Jesus applied some of David's prayers to himself, for example Psalm 22: "My God, my God, why have you deserted me?... Brutal enemies attack me like a pack of dogs, tearing at my hands and my feet. I can count all my bones, and my enemies just stare and sneer at me. They took my clothes and gambled for them...." Maybe I need to be more like David in earnest defense of God’s people and more like Jesus driving the money-lenders from his Father’s house. Psalm 22 serves to build my appreciation for Jesus but not yet as my own prayer.
When David or the other Psalmists simply ask God for mercy and grace, those are prayers from which I can learn, prayers I can make my own. Take Psalm 6: "Don’t punish me, Lord, or even correct me when you are angry! Have pity on me and heal my feeble body. My bones tremble with fear, and I am in deep distress. How long will it be?..." . Such psalms encourage me to boldly confess and request.
The Psalms, like much of the Hebrew Bible, use words that identify something that can be seen, touched, smelled, tasted, or heard, rather than abstractions. Once in a while a Psalm lapses into Greek-style abstraction, as in Psalm 103: "The Lord is merciful! He is kind and patient, and his love never fails." As though the psalmist realized his lapse, he comes roaring back with specifics:
"How great is God’s love for all who worship him? Greater than the distance between heaven and earth! How far has the Lord taken our sins from us? Farther than the distance from east to west! Just as parents are kind to their children, the Lord is kind to all who worship him, because he knows we are made of dust. We humans are like grass or wild flowers that quickly bloom. But a scorching wind blows, and they quickly wither, to be forever forgotten...."
People love such sensual Psalms even when they are outside their experience.
"The Lord is my shepherd; I shall not want.
He makes me lie down in green pastures...."
Raise your hand if you’ve herded sheep or even just chickens. Have you smelled a sweet meadow after a rain or after mowing? Rolled around in it? Have you known someone you can 100% trust? Not many urbanites have had such earthy privileges, but still can kind of appreciate them.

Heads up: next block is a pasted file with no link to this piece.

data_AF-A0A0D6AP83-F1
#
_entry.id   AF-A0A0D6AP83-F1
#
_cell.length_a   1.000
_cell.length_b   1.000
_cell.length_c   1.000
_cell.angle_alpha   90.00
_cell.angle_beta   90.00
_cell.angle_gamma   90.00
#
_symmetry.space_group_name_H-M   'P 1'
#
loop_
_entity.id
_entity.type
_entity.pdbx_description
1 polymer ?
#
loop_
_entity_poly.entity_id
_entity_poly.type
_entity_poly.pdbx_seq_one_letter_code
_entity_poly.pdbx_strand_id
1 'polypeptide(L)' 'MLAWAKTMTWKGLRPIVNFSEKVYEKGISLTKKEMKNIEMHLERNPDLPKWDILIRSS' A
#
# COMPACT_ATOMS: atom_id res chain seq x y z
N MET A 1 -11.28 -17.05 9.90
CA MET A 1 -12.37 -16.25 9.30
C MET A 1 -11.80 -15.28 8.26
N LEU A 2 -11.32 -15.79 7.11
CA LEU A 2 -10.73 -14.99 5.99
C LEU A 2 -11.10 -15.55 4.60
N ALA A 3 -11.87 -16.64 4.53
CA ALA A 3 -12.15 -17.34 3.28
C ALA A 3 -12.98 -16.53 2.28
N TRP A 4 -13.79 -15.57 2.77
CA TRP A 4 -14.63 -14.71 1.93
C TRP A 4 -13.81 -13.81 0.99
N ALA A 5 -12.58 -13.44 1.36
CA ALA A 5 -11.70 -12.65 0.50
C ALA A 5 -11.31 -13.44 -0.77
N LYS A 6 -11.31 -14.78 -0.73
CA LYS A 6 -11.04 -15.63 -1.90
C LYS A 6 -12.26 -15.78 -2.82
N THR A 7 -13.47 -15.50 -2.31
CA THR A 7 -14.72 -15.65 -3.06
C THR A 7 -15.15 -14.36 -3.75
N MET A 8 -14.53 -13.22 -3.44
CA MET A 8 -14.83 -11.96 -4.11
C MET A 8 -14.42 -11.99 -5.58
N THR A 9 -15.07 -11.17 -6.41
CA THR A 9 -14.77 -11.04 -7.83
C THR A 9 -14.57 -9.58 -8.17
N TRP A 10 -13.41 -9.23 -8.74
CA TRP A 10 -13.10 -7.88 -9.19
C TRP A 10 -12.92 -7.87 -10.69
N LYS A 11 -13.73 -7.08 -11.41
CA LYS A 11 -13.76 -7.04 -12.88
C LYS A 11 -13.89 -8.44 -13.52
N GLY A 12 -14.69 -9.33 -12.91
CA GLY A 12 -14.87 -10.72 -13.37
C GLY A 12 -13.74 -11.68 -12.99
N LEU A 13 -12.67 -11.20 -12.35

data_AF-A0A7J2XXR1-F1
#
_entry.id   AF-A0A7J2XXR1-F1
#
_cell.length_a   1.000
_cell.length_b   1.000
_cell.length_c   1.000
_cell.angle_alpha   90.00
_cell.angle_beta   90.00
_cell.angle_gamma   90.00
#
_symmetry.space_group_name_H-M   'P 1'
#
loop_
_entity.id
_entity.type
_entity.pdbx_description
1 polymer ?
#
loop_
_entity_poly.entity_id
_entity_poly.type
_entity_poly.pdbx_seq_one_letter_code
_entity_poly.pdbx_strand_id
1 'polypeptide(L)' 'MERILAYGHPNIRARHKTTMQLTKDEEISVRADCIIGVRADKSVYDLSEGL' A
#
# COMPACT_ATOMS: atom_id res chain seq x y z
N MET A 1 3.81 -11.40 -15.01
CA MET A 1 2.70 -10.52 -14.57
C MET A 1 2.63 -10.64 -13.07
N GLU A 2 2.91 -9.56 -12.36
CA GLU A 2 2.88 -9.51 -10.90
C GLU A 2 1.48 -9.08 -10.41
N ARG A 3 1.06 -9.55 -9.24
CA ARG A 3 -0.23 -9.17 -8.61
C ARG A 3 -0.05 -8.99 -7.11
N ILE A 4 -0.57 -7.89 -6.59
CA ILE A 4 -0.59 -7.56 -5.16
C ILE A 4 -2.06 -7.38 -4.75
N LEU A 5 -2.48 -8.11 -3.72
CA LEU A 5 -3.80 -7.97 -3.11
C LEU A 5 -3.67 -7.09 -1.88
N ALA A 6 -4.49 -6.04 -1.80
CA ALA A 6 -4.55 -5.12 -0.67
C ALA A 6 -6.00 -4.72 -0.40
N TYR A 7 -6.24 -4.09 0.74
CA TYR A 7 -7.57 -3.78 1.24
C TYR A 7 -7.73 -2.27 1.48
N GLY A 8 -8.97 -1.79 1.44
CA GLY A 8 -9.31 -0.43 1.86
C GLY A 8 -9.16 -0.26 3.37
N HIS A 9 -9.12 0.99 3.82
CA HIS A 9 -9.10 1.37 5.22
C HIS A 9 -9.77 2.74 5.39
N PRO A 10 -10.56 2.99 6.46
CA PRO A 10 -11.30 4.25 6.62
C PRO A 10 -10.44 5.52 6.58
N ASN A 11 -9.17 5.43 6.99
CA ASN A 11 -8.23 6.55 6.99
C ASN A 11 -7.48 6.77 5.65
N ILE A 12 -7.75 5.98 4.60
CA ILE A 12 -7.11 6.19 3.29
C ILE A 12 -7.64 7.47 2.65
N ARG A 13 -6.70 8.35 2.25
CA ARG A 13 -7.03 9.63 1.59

No more than the rest of the Bible, most of the 150 Psalms do not prepare me for the modern prayer requests which tend to be about medical and relationship problems and progress. Psalms that do touch on such matters include Psalms 6, 16, 31, 34, 35, 38, 41, 73, 107, and 147.
Many psalms praise and thank God. These speak to me and speak for me. They encourage me to be demonstrative in worship. These include Psalms 7-9, 34, 40, 65, 89, 92, 95-101, 103-118, 135-139, and 144-150. The Psalm writers were emphatically ecstatic about God’s goodness. How much more can I, with a clearer perspective of Messiah’s work, sing Joy to the World!
At The Surge we love doing things together... that includes writing a blog! Here are a few of our main contributing authors:
Our fearless leader, Dwaine is the lead pastor at The Surge. His experience in counter terrorism with the CIA prepared him for ministry and he likes dogs and babies even more than E does.
E (short for Eric Reiss) is the Wingman at The Surge and likes dogs, music, Mexican food, his wife Karen and his little girl Evangeline... not necessarily in that order.